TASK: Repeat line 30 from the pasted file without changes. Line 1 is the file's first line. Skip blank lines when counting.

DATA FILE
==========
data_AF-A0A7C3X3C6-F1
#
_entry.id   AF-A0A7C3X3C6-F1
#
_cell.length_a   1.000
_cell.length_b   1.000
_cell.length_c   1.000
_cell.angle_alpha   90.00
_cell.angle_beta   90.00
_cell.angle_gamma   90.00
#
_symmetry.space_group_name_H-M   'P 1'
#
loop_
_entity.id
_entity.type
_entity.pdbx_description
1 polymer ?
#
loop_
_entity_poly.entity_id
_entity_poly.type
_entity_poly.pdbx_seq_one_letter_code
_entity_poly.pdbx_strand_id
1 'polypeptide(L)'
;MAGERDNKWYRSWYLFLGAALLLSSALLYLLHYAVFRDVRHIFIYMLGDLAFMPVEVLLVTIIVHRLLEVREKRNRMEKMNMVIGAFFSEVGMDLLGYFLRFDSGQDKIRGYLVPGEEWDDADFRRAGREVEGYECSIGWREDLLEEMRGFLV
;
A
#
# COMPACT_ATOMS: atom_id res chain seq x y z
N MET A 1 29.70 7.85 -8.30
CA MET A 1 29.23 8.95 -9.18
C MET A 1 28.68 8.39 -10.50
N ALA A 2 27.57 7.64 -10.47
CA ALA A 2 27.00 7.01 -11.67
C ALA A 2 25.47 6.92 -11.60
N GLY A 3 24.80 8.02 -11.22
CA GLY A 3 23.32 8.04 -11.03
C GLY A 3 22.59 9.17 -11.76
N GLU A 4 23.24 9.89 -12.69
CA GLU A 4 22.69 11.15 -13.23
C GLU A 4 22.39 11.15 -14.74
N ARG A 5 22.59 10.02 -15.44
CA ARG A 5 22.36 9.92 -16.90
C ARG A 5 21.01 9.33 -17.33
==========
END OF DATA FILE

# COMPACT_ATOMS: atom_id res chain seq x y z